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The chemical composition of mineral Johnsenite-(Ce) is indicated by the formula Na12(Ce,REE,Sr)3Ca6Mn3Zr3W(Si25O73)(CO3)(OH,Cl)2. Johnsenite-(Ce) commonly occurs as an intergrown with zirsilite-(Ce) in a cavity near the margin of a marble xenolith in an igneous breccia along the contact between porphyritic nepheline syenite and sodalite sye nite. This mineral is a known member of the Eudialyte group. Johnsenite-(Ce) is also found at its type of locality at Poudrette Quarry, Mont Saint-Hilaire, Rouville County, Quebec, Canada. Mineral Johnsenite-(Ce) was named for Ole Johnsen (b. 1940), of the Geological Museum, University of Copenhagen, Denmark, and for his extensive research into the eudialyte group. Mineral Johnsenite-(Ce) is known to crystallize in the trigonal system of crystal formation. Johnsenite-(Ce) has no cleavage found even when evaluated closely under polarized microscopes used in the field of optical mineralogy. This mineral is also commonly found colored pale yellow or bright orange in hand sample. The density measure of this mineral Johnsenite-(Ce) is usually found 3.2 grams per cubic centimeters. Most crystals of mineral Johnsenite-(Ce) are found translucent to transparent in appearance. Johnsenite-(Ce) is also found having brittle to uneven fracture which is known as a very brittle fracture producing uneven fragments when viewed with the aid of polarized microscopes used in the field of optical mineralogy. Mineral Johnsenite-(Ce) is also found forming skeletal crystals forming crude outlines with missing faces. The hardness measure of mineral Johnsenite-(Ce) is usually found ranging from 5 to 6 when evaluated using the Mohs scale method. Mineral Johnsenite-(Ce) is also found exhibiting vitreous or glassy luster when viewed in reflected light of polarizing microscopes for mineralogists. Mineral Johnsenite-(Ce) is also found leaving a white streak when rubbed on white porcelain streak plate. Mineral Johnsenite-(Ce) is also found showing uniaxial negative figure with 0.0110 birefringence when viewed between crossed nicols of polarizing microscope used in the field of optical mineralogy. The estimated radioactivity from Johnsenite-(Ce) is commonly mild.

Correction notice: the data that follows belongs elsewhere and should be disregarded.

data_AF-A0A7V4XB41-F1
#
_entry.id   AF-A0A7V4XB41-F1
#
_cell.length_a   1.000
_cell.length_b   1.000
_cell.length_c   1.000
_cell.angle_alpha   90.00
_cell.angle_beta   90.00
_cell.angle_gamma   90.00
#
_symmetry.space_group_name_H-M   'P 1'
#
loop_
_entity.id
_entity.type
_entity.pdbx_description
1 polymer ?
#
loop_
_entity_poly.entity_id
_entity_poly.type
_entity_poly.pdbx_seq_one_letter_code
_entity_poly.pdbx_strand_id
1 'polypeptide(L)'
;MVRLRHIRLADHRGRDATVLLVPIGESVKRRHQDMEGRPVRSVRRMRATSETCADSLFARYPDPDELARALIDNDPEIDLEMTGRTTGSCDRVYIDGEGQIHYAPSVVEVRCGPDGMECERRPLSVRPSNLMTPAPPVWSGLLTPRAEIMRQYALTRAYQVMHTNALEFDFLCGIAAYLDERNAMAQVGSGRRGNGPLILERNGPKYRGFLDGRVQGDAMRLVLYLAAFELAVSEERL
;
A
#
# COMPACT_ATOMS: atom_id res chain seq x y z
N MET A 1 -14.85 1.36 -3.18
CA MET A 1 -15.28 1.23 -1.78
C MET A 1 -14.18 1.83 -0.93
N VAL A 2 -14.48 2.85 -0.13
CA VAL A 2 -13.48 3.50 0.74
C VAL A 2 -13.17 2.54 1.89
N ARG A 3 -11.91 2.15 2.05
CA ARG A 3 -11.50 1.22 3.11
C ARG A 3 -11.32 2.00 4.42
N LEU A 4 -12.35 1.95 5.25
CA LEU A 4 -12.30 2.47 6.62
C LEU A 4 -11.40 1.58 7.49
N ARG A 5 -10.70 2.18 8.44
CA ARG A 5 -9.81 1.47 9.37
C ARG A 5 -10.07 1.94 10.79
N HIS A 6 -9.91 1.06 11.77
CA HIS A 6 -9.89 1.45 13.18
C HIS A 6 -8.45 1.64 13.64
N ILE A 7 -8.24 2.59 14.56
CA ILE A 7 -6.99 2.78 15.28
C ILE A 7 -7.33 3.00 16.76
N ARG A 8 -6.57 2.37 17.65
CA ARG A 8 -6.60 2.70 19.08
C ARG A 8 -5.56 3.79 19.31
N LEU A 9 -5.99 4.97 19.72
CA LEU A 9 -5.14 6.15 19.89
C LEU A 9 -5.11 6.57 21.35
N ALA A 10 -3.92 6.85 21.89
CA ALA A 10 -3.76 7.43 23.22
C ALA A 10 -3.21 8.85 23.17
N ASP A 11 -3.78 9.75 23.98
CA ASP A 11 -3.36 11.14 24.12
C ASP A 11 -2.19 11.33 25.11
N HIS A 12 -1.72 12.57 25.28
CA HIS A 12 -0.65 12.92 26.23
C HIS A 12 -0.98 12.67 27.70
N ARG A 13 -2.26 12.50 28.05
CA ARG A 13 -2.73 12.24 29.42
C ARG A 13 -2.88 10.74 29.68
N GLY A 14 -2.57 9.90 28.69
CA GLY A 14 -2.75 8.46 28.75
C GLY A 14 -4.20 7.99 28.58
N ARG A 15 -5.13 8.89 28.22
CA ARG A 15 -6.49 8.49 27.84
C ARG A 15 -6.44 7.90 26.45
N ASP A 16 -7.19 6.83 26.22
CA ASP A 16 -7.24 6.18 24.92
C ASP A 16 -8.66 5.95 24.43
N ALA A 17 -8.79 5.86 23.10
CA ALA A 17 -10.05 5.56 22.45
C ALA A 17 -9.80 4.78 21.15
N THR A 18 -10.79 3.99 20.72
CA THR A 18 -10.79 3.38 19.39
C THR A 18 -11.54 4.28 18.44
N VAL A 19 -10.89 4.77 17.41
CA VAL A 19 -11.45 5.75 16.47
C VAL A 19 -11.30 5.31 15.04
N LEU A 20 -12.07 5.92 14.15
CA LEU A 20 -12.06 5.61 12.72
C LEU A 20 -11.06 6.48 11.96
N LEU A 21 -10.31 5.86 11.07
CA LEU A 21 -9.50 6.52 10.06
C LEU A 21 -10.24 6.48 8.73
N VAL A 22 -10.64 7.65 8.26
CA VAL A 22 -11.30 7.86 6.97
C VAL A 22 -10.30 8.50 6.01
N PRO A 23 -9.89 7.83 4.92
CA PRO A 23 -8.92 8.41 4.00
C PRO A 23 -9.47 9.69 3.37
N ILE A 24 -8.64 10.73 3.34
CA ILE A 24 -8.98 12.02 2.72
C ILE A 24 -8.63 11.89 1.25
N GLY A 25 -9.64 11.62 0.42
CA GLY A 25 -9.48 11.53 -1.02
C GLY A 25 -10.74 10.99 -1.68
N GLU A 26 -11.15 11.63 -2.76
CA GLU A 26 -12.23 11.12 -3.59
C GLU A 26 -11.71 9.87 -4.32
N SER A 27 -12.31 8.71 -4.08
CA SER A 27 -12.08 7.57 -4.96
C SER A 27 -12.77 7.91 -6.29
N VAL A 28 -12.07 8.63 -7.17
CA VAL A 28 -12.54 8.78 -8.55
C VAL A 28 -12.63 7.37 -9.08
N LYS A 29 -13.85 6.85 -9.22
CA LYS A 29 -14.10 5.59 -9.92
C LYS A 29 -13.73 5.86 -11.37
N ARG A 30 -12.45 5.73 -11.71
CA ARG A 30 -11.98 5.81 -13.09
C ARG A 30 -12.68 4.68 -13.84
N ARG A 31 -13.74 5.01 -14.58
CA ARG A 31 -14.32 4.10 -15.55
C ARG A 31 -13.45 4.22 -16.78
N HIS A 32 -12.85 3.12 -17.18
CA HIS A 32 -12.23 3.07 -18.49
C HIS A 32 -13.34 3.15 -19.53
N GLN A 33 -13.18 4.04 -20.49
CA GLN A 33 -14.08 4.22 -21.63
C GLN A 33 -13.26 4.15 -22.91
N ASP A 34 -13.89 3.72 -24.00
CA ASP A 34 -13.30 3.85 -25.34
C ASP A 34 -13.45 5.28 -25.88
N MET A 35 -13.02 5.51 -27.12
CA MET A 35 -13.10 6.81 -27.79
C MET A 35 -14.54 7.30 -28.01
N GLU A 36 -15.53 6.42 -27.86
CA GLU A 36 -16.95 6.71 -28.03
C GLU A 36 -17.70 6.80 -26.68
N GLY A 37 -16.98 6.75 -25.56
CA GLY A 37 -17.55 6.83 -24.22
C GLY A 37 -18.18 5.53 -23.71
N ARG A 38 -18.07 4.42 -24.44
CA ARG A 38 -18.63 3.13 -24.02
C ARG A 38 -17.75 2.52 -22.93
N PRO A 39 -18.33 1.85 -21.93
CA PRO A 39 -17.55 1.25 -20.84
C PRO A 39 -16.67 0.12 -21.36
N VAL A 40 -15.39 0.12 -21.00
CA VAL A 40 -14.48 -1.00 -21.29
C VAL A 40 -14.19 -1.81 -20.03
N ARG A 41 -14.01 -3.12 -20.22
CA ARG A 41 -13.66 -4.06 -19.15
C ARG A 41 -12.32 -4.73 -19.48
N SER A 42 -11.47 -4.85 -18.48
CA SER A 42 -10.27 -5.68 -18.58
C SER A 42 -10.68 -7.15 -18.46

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Friday, October 14th, 2011 at 5:35 am
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Optical Mineralogy
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